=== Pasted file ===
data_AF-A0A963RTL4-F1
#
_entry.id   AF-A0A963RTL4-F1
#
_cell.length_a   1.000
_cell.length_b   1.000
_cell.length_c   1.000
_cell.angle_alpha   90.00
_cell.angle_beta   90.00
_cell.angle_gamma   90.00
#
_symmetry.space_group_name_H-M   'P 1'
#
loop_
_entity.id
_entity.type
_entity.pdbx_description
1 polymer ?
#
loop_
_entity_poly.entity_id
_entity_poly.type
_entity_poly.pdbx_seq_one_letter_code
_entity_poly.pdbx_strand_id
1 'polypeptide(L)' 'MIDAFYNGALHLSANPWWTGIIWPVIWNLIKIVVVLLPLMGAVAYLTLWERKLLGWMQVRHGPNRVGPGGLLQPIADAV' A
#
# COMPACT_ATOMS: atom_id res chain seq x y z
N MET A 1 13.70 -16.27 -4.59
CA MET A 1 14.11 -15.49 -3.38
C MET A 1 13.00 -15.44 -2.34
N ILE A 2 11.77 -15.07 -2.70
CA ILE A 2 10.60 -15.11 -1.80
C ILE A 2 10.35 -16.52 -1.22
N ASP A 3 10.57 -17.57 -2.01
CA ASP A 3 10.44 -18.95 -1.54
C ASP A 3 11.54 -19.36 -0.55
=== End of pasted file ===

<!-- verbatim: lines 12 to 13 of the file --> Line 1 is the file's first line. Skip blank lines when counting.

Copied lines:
_symmetry.space_group_name_H-M   'P 1'
#